At one point I measured, and noticed that the alignment changed with elevation! Not just the lateral position, but the alignment, too. Gah! I’ve been wracking my brain, trying to figure out how to correct it, and haven’t come up the answer. I’m suspecting that the pivot for the elevation adjustment must not be parallel with the arbor, but I don’t know if there’s any way to fix that.

Anyway, after spending some hours in the garage today trying to fix align it, I came in and found this thread. I’m both delighted (because it suggests I’m not just messing up the process) and disappointed to find this info (because it means there may be no easy fix for it.)

I guess I’ll be calling Grizzly Monday.

Have they been generally helpful with addressing the problems?

It’s kinda sad, because I do like the saw – I just can’t get it dialed in the last little bit. I think in my case, if I get it spot on at full height, when I drop it down to where the blade is only up about 1” or 1.5”, the alignment goes out by about 0.010” or so. Honestly, it may not be bad enough to be worth worrying about, but it makes aligning it seem like a waste of time.

What have those of you with this problem done?

Call grizzly and get it fixed?

Get it replaced?

Just return it?

Find a compromise adjustment? (I’m considering doing that right now, regardless of what I do long-term – just align in at the approx height range I usually use.)

Something else?

Thanks,
Jason

-- Grizzly G0715P - and a ShopSmith MkV

View JasonDust's profile

JasonDust

5 posts in 31 days


#14 posted 04-28-2015 02:57 AM

I spoke with tech support (Keith, in fact) at Grizzly today. I was told to wrap a ratcheting tie-down strap around the trunions, loosen up the trunion bolts, tighten up the strap (not too tight, just enough to cinch everything up – not trying to bend anything here), and re-tighten the bolts.

:/

Oh, and I mentioned how the blade racks about an extra 25 thou at the very top of the travel. I wasn’t told that was NORMAL, but there was a sort of sense that it was normal for this saw, or saws of this caliber. Oh, and I was also told this one isn’t a true hybrid. It’s really just a contractor saw dropped on a cabinet. Basically the same thing ROBZ71LM7 said/was told a few years ago.

I wish I’d done a bit more research. Don’t you wonder why they don’t print this stuff in the catalog?? I mean, of course you don’t, but still…

Well, I think I know what you’re thinking about that strap idea… But I decided to give it a go, because that has to be easier than packing it up, shipping it back, and reassembling something a few weeks from now, right?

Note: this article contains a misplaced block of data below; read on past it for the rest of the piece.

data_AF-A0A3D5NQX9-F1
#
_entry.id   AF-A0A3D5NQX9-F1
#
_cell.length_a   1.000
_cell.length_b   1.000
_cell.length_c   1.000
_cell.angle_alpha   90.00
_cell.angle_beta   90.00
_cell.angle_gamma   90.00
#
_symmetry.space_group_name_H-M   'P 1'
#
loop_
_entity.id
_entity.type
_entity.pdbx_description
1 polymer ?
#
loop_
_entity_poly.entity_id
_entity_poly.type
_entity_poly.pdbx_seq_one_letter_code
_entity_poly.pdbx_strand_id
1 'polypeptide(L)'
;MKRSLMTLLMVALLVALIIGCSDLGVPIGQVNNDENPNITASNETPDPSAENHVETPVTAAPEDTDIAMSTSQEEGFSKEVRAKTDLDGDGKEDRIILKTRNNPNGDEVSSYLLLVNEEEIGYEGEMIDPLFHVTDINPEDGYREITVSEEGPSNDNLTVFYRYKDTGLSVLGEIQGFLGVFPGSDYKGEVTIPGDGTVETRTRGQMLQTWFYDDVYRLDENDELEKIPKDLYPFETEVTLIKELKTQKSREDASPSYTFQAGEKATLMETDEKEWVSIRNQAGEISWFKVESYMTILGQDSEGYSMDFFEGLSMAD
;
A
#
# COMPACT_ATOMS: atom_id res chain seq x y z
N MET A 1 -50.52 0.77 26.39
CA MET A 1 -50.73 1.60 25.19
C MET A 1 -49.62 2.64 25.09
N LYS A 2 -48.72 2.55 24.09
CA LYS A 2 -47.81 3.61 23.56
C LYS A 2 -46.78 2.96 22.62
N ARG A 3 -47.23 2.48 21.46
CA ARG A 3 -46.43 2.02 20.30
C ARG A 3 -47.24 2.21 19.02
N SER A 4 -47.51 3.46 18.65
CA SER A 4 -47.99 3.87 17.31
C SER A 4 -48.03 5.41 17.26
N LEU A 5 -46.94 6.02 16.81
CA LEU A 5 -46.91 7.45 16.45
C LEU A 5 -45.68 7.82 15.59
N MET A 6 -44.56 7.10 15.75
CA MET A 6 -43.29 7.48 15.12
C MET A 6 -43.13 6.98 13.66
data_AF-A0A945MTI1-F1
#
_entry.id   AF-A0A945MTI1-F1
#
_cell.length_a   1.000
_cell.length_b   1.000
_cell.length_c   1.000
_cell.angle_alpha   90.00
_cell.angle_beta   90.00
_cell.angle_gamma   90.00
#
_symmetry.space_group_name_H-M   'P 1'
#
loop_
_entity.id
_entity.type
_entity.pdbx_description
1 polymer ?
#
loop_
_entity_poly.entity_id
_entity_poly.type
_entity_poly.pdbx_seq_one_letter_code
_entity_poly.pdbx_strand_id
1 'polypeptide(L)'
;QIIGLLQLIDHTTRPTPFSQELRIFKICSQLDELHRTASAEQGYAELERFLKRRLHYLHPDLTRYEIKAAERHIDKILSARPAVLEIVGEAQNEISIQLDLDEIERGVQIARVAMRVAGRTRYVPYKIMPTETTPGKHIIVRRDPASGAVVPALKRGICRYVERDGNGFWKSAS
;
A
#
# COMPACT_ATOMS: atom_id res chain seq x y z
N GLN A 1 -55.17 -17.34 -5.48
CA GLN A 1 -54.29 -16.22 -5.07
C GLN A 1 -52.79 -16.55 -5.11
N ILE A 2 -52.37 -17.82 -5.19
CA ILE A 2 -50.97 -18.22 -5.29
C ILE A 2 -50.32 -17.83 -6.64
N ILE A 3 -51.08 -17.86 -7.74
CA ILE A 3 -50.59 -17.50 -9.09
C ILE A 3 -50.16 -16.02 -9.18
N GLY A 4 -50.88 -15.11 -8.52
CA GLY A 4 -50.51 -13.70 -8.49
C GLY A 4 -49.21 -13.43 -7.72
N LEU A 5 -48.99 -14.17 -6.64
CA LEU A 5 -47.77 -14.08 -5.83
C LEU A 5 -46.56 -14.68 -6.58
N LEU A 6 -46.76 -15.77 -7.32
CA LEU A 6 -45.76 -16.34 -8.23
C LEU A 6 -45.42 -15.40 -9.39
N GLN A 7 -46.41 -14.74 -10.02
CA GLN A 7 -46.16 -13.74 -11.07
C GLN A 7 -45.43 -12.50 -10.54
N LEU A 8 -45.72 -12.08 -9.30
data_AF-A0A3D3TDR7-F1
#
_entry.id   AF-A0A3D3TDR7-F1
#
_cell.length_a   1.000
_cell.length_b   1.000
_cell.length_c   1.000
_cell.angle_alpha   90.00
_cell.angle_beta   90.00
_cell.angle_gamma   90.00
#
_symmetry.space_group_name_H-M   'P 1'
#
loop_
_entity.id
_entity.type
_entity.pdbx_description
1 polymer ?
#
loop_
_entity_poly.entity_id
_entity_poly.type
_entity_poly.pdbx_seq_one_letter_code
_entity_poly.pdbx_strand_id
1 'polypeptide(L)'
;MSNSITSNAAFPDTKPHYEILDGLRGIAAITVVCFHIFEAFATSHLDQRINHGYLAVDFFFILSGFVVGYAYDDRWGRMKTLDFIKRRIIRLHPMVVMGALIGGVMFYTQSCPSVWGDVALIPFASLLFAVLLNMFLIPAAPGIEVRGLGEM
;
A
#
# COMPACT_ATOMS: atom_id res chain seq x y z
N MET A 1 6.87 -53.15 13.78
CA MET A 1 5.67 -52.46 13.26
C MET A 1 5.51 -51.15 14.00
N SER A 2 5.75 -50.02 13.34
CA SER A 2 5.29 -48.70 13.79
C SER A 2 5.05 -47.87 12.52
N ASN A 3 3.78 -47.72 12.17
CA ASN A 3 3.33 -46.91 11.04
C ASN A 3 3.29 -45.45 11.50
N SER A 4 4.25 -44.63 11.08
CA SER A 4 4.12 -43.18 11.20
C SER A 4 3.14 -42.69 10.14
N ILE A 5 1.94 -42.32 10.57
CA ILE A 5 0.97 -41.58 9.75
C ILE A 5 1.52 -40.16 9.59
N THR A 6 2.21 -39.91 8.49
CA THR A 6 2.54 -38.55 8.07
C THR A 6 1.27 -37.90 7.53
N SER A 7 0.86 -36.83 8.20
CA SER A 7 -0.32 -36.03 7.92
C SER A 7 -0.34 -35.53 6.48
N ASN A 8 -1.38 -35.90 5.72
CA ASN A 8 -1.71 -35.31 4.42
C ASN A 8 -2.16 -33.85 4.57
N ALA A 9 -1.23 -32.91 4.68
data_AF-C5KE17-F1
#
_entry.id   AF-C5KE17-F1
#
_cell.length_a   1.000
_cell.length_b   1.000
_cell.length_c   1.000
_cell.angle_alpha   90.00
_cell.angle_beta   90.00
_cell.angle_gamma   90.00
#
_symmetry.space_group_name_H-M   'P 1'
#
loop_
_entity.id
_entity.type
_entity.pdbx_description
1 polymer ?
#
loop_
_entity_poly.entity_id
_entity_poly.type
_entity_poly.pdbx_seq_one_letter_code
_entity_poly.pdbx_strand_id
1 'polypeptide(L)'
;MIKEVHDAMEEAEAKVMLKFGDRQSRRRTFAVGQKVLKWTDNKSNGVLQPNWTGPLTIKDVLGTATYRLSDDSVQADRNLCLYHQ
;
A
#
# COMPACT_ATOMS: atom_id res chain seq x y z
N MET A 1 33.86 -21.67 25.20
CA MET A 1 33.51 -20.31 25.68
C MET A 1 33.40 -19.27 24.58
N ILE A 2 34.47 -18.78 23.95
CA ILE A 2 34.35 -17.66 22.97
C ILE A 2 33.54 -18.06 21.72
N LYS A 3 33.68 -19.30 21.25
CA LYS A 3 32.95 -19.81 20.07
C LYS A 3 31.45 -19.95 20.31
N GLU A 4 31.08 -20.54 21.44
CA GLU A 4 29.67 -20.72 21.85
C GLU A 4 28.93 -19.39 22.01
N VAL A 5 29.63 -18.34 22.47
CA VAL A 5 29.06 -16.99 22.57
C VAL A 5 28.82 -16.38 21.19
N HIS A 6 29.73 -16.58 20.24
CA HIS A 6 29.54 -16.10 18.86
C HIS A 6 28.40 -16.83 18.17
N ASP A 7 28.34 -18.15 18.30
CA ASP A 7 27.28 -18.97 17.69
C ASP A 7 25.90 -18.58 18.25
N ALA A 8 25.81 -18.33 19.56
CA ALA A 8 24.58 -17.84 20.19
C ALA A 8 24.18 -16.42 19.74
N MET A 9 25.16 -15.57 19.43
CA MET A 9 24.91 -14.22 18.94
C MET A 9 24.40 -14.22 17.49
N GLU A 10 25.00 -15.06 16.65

It was a bit of a PITA to get that strap up in there, and in the end, I don’t think it did any good. It may have helped a bit, but definitely didn’t solve it. Oh, and forget about trying to do any needed shimming and so forth if you have to mess with the strap to keep tension on the trunions as while you’re doing it. Makes the valve adjustment on my oilhead seem trivial.

I had some time to think about it today, and I’m increasingly convinced that the real problem is incorrect geometry between the motor pivot shaft and the arbor. That could be as a consequence of a green casting as per Charlie above, or just a manufacturing error. When I crank the elevation up, and look through the blade slot, at the moment the blade kants over, the trunion does NOT show any corresponding movement. So, it must be either the front trunion moving, or the motor mount pivot. Since the front of the blade isn’t moving much when this happens, and the back does, and the motor mount pivot is near the front of the blade… I think that’s it. Too much play, and a possible misalignment as well (too much play could explain both problems)

Jason

Well, first off, it was a right

-- Grizzly G0715P - and a ShopSmith MkV

View BroncoBrian's profile

BroncoBrian

382 posts in 862 days


#15 posted 04-28-2015 08:16 PM

Are these problems limited to certain Grizzly products? Seems like too many people have good experiences with Grizzly CS. I guess there is a big positive in that statement, but also, a lot of people have to use the CS department.

Are the production issues limited to certain products in each line up or are Grizzly products more prone to have issues out of the box than others?

-- A flute with no holes, is not a flute. A donut with no hole, is a Danish.

showing 1 through 15 of 30 replies

Have your say...

You must be signed in to reply.

DISCLAIMER: Any posts on LJ are posted by individuals acting in their own right and do not necessarily reflect the views of LJ. LJ will not be held liable for the actions of any user.

Latest Projects | Latest Blog Entries | Latest Forum Topics

HomeRefurbers.com